Warriors fans aren’t going to be thrilled with one of the statistical analysis site FiveThirtyEight’s newly-released NBA player projections.
The site’s CARMELO system not only categorized Klay Thompson as an “average starter,” but also placed a value on him that is grossly under the $190 million five-year max contract he just signed with Golden State.
CARMELO says Thompson is worth only $64.7 million over five years. By comparison, Phoenix Suns guard Ricky Rubio — also an “average starter” — is valued at $74.2 million/5 years. Ricky Rubio is $10 million more valuable than Klay Thompson?!
The CARMELO model projects a player’s impact by estimating the number wins his team could expect with him playing instead of a low-level replacement player (think call-up from the G League.)
FiveThirtyEight further explains:
“CARMELO projections forecast a player’s future by looking to the past, finding the most similar historical comparables and using their careers as a template for how a current player might fare over the rest of his playing days. After running a player through the similarity algorithm, CARMELO spits out offensive and defensive ratings for his next handful of seasons, which represent his expected influence on team efficiency (per 100 possessions) while he’s on the court.”
Thompson is one of the NBA’s all-time greatest three-point shooters, already ranked on most top-10 career lists. Last October, he scored 60 points in 29 minutes. No one else in NBA history has tallied 50 points in under 30 minutes. Thompson has done it twice.
In addition to his shooting prowess, the Warriors guard is widely regarded to be one of the best defenders in the league. CARMELO doesn’t agree, putting his defensive plus-minus at -0.8 over the last three seasons. Not terrible, but certainly not elite.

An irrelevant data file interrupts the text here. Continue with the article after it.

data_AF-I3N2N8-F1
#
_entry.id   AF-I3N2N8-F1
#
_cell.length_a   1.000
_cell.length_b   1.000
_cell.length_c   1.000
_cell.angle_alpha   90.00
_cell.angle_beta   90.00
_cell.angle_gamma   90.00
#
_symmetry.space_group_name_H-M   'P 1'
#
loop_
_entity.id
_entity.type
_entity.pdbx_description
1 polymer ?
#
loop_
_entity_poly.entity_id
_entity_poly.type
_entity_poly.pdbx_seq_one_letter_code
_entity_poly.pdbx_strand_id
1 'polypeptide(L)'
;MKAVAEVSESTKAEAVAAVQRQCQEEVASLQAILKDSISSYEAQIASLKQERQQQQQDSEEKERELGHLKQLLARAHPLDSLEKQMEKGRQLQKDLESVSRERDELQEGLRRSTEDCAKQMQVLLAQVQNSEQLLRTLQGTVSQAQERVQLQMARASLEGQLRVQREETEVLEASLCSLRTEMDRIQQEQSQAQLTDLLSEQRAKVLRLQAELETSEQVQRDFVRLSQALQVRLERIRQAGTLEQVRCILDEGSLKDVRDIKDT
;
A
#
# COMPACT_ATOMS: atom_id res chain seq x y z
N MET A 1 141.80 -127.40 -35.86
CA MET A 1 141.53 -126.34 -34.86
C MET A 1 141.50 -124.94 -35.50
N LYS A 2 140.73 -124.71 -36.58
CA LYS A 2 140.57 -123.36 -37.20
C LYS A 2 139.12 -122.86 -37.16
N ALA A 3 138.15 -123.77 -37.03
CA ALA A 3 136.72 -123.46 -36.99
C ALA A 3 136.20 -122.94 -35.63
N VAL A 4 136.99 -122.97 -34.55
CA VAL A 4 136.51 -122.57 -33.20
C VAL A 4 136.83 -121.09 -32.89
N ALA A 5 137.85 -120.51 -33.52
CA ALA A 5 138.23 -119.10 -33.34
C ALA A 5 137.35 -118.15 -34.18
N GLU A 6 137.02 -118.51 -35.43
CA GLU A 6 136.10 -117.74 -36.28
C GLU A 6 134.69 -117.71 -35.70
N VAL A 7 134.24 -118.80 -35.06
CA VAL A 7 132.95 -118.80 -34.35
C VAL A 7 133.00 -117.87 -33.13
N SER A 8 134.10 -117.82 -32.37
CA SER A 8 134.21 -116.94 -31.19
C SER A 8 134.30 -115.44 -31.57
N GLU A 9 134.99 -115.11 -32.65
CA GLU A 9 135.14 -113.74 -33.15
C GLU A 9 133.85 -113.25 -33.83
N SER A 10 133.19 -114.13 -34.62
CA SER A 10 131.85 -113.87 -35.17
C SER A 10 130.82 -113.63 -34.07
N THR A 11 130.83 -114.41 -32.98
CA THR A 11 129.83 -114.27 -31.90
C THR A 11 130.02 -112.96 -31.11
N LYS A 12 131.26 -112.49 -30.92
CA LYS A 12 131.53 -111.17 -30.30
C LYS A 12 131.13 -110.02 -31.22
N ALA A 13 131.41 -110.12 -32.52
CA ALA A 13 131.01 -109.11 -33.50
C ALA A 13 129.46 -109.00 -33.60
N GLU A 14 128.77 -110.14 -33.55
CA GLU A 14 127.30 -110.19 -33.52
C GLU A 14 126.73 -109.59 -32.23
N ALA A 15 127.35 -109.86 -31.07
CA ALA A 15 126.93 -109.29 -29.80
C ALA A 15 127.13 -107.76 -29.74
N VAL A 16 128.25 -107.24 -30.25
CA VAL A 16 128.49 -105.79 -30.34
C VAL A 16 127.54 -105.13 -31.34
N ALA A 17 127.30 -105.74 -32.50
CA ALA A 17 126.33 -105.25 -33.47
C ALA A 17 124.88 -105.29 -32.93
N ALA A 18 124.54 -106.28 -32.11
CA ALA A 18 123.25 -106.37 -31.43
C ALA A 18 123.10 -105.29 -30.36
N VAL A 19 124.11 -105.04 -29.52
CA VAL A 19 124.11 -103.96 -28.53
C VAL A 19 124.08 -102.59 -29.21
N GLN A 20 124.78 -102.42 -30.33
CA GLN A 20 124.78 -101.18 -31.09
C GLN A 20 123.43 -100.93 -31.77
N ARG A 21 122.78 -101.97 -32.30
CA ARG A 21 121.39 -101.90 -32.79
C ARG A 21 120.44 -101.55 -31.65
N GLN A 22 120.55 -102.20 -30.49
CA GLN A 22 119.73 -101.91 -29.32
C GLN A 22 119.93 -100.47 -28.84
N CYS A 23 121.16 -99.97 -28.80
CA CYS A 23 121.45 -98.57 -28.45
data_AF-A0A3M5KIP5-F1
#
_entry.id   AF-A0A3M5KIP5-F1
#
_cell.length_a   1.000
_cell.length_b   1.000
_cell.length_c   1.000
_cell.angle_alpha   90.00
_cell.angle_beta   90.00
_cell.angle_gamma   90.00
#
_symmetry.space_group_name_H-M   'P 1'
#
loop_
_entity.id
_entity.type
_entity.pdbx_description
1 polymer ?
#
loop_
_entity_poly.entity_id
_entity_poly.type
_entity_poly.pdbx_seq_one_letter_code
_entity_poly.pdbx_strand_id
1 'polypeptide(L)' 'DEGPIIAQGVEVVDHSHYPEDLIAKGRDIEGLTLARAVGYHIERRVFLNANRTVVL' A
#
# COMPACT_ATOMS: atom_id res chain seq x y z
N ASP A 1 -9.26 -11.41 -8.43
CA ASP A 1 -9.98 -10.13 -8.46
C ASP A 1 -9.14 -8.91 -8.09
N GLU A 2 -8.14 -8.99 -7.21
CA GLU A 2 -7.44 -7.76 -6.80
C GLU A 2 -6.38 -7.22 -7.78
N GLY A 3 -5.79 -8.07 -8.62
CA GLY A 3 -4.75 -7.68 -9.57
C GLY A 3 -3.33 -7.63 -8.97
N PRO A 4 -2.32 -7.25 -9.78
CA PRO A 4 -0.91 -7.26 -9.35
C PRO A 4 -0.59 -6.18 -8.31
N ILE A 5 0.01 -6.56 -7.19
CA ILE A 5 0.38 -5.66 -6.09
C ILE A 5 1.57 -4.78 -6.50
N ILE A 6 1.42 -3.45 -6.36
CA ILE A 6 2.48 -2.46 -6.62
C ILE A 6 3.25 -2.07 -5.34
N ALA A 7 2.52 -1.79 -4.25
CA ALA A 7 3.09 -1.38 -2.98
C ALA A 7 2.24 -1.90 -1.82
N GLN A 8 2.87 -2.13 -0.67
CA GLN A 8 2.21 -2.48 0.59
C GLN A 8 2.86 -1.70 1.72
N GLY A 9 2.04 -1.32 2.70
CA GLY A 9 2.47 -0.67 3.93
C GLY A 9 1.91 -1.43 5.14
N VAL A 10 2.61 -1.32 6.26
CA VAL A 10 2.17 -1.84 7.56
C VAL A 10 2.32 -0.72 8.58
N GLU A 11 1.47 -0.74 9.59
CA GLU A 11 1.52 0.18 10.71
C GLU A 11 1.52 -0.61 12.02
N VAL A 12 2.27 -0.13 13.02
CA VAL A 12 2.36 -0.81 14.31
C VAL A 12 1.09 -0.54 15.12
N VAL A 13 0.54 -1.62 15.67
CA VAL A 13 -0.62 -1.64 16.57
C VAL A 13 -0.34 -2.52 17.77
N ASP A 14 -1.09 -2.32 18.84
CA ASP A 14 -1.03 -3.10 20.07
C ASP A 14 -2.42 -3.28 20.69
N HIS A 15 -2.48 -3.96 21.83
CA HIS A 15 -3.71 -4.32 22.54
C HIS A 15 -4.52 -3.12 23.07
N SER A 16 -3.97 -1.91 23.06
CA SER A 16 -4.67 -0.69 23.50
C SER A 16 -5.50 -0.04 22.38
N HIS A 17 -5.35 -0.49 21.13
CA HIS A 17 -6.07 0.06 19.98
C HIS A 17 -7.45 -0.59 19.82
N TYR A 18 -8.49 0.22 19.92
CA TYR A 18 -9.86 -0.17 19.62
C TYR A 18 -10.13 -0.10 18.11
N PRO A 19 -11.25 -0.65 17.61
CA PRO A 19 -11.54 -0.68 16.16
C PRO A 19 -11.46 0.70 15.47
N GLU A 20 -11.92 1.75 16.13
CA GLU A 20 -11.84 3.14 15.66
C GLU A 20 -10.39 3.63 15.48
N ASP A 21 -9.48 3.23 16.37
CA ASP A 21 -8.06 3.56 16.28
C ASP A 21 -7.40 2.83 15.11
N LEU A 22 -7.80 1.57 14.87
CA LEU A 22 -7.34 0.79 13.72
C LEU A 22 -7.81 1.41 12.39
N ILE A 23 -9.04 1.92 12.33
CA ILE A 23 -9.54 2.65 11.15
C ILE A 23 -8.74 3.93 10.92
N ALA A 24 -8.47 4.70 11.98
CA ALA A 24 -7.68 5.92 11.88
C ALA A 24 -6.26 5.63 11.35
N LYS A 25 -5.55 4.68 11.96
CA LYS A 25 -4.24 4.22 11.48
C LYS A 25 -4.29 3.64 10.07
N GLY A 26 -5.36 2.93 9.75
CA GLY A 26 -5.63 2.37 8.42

Thompson is 29 and just had a major knee injury that will keep him off the hardwood for much of next season. Historically, most players past the age of 30 see their performance steadily decline.
On the other hand, Thompson perfectly complements Golden States’s motion offense. Plus, he’s is a fan favorite who will help fill the new Chase Center arena.
Even if the algorithmic projection is eventually proven correct and Thompson’s performance doesn’t match the expectations of his contract, some other Warriors free-agency deals could pay big dividends down the road. These three especially hold promise, according to CARMELO forecasts:
D’Angelo Russell, 23, the talented guard that the Warriors picked up via the Kevin Durant sign-and-trade deal with Brooklyn, is categorized as “future All-Star” with a five-year market value of $193.5 million. (The Warriors deal will pay him $117 million over four years.)
Willie Cauley-Stein, 26, the 7-foot-1 center the Warriors obtained from Sacramento reportedly for slightly more than the league minimum, falls in the “average starter” category and is valued at $68.9 million over five years. Over the last three years, Cauley-Stein has put up solid numbers in rebounding and defense.
Kevon Looney, 23, the power forward/center who played so brilliantly for the Warriors in the playoffs, may be Golden State’s smartest free agent signing of all. He’s projected as a “future All-Star” with a five-year market value of $156 million. The Warriors signed him for three years at just $15 million. (Note: The third year is the player option, which allows him to test free agency if he thinks he’s not being paid what he’s worth.).
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This post was originally posted at https://www.sfgate.com/warriors/article/klay-thompson-value-contract-age-stats-14073842.php.